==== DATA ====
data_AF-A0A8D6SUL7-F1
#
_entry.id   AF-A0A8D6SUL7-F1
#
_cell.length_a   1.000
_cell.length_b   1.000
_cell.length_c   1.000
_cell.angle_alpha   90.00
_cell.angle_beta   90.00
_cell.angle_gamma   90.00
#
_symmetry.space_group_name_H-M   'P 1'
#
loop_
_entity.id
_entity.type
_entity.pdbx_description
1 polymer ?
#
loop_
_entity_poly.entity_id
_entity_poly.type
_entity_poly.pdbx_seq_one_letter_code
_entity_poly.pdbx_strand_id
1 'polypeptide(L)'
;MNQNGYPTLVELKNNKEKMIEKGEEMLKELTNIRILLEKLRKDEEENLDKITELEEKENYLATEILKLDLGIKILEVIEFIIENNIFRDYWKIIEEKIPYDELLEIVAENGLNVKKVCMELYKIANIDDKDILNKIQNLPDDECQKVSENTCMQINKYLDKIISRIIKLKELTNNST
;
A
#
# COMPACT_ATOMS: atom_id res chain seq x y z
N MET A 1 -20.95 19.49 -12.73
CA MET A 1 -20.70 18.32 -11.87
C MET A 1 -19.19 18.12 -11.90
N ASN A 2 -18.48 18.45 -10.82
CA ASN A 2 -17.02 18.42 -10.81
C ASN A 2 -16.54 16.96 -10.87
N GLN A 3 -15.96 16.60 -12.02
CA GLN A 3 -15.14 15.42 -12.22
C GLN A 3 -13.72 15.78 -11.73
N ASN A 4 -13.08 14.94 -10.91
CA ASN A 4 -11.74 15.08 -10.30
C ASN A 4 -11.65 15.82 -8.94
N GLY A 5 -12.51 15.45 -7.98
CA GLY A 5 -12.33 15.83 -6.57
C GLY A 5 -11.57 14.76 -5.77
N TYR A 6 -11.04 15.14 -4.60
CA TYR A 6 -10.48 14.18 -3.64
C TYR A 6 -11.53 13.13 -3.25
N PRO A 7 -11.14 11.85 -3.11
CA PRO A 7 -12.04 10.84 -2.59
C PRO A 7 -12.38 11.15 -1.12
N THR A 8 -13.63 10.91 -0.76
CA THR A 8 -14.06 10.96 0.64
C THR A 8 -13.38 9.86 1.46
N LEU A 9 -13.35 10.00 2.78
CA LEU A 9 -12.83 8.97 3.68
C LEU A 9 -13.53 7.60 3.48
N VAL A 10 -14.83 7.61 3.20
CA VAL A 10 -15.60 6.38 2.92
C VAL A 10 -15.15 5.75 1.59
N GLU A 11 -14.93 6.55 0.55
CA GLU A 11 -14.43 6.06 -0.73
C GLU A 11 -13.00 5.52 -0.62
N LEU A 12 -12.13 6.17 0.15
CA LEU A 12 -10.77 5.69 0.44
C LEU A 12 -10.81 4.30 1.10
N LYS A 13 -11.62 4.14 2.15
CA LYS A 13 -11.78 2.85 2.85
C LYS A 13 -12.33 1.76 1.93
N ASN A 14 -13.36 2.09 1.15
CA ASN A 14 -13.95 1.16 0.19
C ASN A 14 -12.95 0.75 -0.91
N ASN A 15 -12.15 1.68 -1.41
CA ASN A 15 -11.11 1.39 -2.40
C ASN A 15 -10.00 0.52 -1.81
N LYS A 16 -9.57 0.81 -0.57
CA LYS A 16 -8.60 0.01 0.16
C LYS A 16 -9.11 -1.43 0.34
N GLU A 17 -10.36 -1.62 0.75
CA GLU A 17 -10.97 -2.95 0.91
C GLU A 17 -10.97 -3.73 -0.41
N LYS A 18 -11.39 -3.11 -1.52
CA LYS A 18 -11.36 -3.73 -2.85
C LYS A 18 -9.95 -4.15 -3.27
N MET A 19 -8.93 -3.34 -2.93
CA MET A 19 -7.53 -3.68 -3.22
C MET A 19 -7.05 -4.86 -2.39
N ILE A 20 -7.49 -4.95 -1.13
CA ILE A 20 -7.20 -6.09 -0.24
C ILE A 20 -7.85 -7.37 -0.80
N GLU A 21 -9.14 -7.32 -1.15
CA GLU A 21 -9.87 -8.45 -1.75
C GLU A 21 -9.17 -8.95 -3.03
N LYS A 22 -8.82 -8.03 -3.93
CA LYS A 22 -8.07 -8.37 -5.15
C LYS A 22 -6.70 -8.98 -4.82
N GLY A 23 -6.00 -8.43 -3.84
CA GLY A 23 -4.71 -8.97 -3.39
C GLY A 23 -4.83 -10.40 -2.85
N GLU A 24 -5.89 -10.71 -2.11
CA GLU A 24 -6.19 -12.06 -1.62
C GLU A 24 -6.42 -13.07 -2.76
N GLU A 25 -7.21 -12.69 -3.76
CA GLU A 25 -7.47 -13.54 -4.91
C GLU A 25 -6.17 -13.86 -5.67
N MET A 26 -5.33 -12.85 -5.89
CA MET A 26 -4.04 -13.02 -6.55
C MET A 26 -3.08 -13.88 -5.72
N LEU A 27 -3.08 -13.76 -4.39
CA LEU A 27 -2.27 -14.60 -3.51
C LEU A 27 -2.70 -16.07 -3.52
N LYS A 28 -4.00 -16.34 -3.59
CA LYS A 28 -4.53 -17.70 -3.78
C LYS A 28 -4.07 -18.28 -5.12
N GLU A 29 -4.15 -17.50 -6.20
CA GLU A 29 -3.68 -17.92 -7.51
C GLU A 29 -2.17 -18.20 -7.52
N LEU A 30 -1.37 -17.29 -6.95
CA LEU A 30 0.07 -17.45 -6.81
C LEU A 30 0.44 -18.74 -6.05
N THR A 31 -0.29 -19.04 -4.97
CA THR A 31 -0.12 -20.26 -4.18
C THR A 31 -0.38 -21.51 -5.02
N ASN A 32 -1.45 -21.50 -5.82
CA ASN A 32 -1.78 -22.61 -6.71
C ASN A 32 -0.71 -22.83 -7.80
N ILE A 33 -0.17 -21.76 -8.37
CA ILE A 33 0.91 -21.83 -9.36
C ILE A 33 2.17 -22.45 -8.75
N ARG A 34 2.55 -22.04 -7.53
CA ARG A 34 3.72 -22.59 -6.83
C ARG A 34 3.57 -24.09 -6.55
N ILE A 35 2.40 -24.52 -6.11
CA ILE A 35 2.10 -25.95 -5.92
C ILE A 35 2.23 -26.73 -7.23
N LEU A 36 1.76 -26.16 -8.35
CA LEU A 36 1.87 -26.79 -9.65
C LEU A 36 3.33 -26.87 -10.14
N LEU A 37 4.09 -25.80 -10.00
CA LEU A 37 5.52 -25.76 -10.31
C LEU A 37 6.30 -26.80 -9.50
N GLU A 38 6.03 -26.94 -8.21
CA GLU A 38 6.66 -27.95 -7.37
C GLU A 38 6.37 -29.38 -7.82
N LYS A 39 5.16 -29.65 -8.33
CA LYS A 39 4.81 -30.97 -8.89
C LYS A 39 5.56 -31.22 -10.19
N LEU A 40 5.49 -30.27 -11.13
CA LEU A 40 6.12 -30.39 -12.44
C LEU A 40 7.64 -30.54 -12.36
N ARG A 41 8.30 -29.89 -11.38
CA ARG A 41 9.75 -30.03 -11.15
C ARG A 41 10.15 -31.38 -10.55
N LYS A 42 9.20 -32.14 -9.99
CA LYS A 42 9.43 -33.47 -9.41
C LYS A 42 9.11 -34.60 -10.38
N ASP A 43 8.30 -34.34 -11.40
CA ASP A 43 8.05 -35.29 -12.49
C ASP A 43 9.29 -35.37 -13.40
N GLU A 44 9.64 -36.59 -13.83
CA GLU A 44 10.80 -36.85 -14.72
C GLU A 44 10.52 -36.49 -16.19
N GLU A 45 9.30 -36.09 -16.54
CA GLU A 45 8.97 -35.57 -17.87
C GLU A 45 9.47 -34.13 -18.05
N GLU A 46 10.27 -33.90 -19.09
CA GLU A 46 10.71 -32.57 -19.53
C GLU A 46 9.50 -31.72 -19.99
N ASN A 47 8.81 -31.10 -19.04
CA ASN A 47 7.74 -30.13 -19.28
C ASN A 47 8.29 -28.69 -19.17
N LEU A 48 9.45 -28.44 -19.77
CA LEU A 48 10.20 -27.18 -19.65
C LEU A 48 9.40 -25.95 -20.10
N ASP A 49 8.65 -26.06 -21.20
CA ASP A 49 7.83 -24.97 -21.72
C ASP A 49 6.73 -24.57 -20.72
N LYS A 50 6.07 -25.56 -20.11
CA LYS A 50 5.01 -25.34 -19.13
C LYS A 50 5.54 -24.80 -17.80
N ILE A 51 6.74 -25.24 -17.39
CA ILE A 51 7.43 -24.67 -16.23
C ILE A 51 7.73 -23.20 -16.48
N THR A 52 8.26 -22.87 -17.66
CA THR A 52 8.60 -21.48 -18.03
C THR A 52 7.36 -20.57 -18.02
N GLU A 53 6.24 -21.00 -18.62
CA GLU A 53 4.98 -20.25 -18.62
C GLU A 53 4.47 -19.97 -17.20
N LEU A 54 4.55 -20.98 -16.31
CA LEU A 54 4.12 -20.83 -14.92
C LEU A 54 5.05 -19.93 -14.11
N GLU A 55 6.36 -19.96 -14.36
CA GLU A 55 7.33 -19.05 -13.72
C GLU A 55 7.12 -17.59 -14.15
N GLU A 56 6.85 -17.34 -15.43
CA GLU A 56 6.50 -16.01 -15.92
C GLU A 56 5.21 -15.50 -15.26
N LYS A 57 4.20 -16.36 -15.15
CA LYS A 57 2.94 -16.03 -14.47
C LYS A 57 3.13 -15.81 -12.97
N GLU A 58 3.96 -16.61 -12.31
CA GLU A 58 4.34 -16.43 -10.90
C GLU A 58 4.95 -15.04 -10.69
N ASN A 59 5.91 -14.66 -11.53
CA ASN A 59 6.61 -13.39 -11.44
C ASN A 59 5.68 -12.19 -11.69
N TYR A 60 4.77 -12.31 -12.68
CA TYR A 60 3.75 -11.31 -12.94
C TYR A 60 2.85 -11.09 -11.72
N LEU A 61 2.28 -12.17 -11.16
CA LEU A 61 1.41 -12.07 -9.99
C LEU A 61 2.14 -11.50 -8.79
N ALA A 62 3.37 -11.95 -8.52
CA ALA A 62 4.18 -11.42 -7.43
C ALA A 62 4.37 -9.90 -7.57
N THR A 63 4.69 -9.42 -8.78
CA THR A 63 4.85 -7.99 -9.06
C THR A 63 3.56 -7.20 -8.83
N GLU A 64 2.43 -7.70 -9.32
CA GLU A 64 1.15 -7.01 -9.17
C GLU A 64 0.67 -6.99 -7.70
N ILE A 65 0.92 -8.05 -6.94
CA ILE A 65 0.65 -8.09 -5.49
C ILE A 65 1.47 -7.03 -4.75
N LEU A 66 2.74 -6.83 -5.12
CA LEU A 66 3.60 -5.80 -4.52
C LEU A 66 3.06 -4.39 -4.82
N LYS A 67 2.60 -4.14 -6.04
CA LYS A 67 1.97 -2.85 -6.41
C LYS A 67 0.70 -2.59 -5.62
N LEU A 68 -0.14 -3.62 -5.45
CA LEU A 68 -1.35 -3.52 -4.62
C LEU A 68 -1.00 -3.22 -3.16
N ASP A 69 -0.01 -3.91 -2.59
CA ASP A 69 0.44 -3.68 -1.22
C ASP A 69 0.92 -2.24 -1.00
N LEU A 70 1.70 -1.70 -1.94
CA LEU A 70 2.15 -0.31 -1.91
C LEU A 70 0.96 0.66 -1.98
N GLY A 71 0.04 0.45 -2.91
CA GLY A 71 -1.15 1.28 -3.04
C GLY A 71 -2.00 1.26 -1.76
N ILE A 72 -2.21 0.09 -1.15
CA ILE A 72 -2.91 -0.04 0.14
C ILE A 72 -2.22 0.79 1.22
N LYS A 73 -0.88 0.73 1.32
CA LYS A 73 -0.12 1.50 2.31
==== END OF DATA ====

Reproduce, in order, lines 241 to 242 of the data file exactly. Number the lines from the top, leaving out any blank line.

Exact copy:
N GLY A 71 0.04 0.45 -2.91
CA GLY A 71 -1.15 1.28 -3.04